Despite a major setback at the U.S. Supreme Court, the National Organization for Marriage (NOM) is pressing ahead in its fight to overturn a federal judge's order making Oregon the 18th state to allow gay and lesbian couples to marry.

On May 19, U.S. District Judge Michael McShane struck down the state's ban and Oregon officials, who sided with plaintiffs, immediately implemented his order.

On Wednesday, the group asked the full Ninth Circuit Court of Appeals in San Francisco to reconsider a 3-judge panel's decision rejecting the group's attempt to intervene in the case.

NOM has faced a string of losses in the case. McShane denied NOM's last minute request to intervene in the case, the Ninth Circuit denied NOM's request to stay proceedings in the case or stay the ruling and the U.S. Supreme Court denied the group's request to set aside the ruling as it seeks to intervene in the case.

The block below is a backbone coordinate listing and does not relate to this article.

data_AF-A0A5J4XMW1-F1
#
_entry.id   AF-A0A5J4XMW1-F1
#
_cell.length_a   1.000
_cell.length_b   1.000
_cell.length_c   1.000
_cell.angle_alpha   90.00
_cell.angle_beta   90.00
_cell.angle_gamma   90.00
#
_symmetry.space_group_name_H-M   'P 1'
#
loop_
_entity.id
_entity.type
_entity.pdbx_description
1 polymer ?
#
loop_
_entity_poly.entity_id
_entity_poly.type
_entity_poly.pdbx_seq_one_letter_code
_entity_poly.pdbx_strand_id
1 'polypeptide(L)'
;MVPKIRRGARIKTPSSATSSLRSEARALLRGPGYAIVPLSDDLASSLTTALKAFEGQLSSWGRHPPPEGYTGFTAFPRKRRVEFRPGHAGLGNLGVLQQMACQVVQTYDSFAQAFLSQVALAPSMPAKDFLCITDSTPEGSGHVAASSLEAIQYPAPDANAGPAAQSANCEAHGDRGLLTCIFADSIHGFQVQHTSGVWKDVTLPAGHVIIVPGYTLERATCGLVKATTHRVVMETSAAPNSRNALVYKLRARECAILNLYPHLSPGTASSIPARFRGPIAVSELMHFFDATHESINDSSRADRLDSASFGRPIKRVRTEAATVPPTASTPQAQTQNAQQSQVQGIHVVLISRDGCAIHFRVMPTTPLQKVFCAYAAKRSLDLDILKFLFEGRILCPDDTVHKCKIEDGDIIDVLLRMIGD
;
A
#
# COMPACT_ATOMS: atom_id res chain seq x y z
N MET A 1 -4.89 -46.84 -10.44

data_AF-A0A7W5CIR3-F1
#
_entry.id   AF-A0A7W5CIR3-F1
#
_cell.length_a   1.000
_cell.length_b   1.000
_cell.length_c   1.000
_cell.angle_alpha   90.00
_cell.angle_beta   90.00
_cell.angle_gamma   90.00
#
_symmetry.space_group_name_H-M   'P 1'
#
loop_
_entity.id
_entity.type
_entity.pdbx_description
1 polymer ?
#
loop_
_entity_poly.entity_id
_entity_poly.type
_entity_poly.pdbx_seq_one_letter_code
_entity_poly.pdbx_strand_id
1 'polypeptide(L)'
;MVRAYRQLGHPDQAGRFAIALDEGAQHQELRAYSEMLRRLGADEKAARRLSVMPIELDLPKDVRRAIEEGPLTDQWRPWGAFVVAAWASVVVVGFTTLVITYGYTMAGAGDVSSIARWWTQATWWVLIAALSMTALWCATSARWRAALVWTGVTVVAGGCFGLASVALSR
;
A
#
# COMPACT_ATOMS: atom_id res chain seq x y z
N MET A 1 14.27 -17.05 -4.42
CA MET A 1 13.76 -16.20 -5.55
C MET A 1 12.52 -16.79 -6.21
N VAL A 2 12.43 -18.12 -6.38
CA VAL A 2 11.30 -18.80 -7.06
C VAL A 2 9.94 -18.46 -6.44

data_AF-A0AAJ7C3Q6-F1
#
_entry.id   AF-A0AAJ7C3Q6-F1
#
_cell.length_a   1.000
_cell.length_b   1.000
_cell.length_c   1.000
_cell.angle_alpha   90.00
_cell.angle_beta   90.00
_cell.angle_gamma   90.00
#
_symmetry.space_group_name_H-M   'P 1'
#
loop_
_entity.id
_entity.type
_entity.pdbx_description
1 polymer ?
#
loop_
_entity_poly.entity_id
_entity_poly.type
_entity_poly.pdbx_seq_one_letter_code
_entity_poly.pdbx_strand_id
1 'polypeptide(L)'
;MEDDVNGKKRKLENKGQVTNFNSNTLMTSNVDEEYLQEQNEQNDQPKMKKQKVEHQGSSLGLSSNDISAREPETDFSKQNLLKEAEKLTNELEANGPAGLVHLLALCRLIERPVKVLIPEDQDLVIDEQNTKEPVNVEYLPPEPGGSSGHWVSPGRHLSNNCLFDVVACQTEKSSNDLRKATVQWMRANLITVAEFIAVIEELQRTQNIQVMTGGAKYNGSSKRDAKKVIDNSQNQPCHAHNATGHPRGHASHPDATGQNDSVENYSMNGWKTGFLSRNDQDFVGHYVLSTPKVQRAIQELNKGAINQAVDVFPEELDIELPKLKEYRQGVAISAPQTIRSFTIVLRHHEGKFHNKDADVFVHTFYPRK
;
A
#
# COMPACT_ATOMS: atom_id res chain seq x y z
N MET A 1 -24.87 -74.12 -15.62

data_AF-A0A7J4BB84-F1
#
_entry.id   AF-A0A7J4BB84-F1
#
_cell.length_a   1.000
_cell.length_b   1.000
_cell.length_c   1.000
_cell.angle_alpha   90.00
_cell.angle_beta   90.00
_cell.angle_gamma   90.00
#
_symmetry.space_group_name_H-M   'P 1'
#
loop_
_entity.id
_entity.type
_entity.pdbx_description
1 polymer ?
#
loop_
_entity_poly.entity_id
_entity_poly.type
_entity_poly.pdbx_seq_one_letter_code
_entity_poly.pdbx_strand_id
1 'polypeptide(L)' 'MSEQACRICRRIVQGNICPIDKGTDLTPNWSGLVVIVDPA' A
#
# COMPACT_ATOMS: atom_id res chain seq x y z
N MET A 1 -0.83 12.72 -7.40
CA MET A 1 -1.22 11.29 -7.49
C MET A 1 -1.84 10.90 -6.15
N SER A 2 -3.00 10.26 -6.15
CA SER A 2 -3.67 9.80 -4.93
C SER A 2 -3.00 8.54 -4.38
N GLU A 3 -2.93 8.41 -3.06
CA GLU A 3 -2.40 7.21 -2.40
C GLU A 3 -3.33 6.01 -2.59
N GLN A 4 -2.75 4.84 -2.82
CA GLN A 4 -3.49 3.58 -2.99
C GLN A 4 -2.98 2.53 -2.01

“[R]ehearing en banc is warranted … because the issues presented by this case are of 'exceptional importance,'” NOM said in its latest filing. “Indeed, the constitutional issue addressed in the underlying judgment is arguably the most contentious issue to have been addressed by the courts in forty years. The supposed jurisdictional barriers are also of exceptional importance, for they are already providing an incentive for 'friendly' suits that is threatening the very adversarial nature of our system of justice.”

On Monday, a Ninth Circuit panel heard arguments in three cases challenging similar bans in Hawaii, Nevada and Idaho. A ruling in favor of the plaintiffs could make NOM's case moot.

(Related: Ninth Circuit panel “skeptical” of arguments in favor of state bans on gay marriage.)